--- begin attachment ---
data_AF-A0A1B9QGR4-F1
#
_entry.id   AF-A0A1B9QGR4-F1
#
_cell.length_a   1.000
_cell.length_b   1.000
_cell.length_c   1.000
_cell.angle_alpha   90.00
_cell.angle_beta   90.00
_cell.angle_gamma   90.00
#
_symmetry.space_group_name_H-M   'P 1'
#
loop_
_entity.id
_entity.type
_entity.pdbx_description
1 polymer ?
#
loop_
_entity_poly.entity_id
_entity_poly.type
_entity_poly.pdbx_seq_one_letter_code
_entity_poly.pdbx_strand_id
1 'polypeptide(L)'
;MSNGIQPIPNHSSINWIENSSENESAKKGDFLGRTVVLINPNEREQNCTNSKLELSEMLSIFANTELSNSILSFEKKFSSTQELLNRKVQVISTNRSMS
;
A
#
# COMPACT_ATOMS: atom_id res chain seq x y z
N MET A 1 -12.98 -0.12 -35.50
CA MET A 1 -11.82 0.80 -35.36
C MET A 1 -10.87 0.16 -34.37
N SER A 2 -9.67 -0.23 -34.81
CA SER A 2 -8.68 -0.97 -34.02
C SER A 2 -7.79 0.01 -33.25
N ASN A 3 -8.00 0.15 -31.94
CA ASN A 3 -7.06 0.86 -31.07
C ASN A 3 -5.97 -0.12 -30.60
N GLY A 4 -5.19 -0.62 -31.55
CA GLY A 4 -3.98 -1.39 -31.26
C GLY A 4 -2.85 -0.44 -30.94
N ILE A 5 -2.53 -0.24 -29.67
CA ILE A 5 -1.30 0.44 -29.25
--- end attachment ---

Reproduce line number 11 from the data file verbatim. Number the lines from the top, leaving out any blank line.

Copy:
#